3. As a library author, the typing documentation is far to obscure for me to work out how to annotate fetch_row so that it behaves as described in (1). But as a library author I do want to provide the behaviour in (1) for my users, so for now I’ll be annoyed at the state of the typing documentation. If the docs improve, or I learn more, I may be annoyed at the fact that typing isn’t able to express my desired behaviour in a straightforward way, because I then have to make a trade off between two forms of harm to the user experience for consumers of my library (no typing, or require casts).
  4. That “cost of entry” point I made puts me off typing in general…

  1. I’ll note here that I have no idea where I should go to find definitive reference documentation, so I ended up finding the link to PEP 484 from the initial post in this thread, and stumbling around from there. Also, the tuple[Any, ...] syntax is basically impossible to grep for :slightly_frowning_face: ↩︎


tuple is specified as being identical to tuple[Any, ...] (And this one is concretely specified, no ambiguity) and your intuition to reach for it was fine. I continued using tuple[Any, ...] to closely mirror tuple[T, ...] to distinguish when the inner type was also gradual.


You’re striking at the heart of why this being gradual can be seen as providing a level of unsafety. With it being gradual, it is treated as seemlessley compatible in both directions under the “type system does not have enough information to specify one side of this, assume the programmer is correct and that anything incorrect will be caught with a test”

Edit: technically, pytype actually uses more information available to determine some errors with this despite the gradualness, because it checks for total consistent use.

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Cool. My point is still that as a novice I don’t want to learn this sort of stuff[1].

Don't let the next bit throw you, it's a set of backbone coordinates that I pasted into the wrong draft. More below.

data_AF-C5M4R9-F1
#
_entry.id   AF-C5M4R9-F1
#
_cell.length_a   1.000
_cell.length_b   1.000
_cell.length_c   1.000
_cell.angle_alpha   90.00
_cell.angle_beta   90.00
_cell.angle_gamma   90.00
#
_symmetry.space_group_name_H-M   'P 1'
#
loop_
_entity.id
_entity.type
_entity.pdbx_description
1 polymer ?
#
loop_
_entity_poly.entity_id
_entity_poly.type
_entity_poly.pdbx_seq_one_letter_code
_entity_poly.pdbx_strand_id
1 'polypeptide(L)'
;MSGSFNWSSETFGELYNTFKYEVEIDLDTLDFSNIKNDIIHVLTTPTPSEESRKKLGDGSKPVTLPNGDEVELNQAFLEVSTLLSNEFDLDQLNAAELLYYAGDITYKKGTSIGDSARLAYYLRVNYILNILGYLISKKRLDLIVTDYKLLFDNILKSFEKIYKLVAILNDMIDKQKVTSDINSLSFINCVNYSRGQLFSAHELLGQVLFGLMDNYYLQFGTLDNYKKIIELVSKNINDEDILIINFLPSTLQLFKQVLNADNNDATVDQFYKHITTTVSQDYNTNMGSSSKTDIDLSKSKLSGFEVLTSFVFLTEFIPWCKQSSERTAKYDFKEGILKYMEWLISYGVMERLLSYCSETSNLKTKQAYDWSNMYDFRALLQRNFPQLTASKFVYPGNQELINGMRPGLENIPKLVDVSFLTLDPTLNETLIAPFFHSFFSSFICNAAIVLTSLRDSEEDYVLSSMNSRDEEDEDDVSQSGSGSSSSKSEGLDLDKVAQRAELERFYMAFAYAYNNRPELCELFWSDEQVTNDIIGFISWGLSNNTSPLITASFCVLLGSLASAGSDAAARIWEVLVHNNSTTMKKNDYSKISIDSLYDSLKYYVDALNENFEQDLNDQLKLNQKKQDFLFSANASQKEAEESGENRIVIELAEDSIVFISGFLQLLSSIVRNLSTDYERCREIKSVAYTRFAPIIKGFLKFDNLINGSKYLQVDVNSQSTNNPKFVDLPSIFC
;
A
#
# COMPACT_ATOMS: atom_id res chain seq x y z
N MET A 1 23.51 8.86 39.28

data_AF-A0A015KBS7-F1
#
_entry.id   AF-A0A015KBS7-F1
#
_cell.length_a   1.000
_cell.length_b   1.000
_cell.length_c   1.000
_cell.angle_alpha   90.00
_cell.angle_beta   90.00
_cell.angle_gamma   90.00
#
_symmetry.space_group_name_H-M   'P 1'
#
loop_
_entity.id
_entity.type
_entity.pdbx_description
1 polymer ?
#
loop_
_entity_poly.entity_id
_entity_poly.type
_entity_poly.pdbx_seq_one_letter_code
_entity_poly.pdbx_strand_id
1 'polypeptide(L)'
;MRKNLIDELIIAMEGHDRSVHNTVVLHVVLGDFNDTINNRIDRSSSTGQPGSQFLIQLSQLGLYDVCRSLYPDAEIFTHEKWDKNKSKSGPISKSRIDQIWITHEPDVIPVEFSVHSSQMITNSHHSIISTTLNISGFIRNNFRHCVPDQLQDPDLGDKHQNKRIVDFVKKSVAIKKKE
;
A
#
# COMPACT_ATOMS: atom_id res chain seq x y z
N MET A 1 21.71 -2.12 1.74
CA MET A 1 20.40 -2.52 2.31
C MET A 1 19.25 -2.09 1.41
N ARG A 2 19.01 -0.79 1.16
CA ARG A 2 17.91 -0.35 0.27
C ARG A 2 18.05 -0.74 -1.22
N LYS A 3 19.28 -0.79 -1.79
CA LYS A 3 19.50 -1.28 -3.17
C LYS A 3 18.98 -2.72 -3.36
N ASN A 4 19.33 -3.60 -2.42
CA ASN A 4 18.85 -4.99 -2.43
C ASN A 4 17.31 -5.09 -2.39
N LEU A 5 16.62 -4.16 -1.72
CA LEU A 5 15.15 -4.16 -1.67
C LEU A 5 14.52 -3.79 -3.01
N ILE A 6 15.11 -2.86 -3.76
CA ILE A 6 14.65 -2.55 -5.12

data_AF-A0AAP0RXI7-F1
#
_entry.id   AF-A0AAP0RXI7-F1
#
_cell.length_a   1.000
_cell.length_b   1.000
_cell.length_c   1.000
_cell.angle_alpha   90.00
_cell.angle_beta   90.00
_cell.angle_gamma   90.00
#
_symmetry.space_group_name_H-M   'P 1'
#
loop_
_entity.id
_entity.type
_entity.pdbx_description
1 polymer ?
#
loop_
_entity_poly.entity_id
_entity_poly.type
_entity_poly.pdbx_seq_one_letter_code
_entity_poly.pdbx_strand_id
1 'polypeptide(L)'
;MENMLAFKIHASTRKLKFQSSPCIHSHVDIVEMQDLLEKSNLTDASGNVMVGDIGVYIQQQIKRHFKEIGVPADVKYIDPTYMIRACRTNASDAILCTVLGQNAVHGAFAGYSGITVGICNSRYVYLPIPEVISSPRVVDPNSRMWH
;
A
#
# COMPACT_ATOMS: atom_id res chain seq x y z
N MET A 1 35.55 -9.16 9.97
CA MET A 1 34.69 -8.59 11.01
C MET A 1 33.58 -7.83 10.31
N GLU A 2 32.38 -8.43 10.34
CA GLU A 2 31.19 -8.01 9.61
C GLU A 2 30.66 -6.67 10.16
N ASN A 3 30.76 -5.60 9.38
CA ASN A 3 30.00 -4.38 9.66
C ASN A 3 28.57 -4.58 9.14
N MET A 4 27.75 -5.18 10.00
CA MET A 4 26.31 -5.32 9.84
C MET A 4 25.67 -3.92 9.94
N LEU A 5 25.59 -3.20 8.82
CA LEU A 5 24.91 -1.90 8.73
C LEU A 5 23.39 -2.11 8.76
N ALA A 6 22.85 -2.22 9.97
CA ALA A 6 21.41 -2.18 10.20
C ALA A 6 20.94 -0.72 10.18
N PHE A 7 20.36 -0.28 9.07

As you’ve said, theory and ergonomics are somewhat in conflict here. And IMO, typing is now becoming mainstream enough that ergonomics needs a higher priority. We’ve hit this in packaging - a lot of our users simply don’t care about the technicalities, they just want to get the job done. It’s the old “practicality beats purity” problem, essentially.

  1. as a nerd, it’s fascinating to me, of course, but not when it stops me getting on with writing my code! ↩︎


That cast is unsafe though, and it should bother you. If you change your projection to be just name and not change the cast you’ll have lost correctness and can’t have confidence in anything below. One of the main points of using a type checker is to refactor fearlessly. Fact of the matter is this interface cannot really be made type safe (unless you write a typechecker that can analyze SQL and connect to that particular database to get the data types) so you’re just fooling yourself here.

It is incorrect though. The typechecker cannot guarantee it. Even if we change the rules to silence the error it’d still be unsafe. It’d just be false confidence.

In my opinion it’d be a great shame if we ruin the confidence granted by tight type checking because of examples which cannot work with the type system anyway. Some APIs will never be able to work with typing and that’s OK.

The cast isn’t unsafe. The types are guaranteed by proper DB use. The fact that the type system isn’t aware of it and can’t be the guarantor of it does not make it any less safe. The same applies to the gradual type use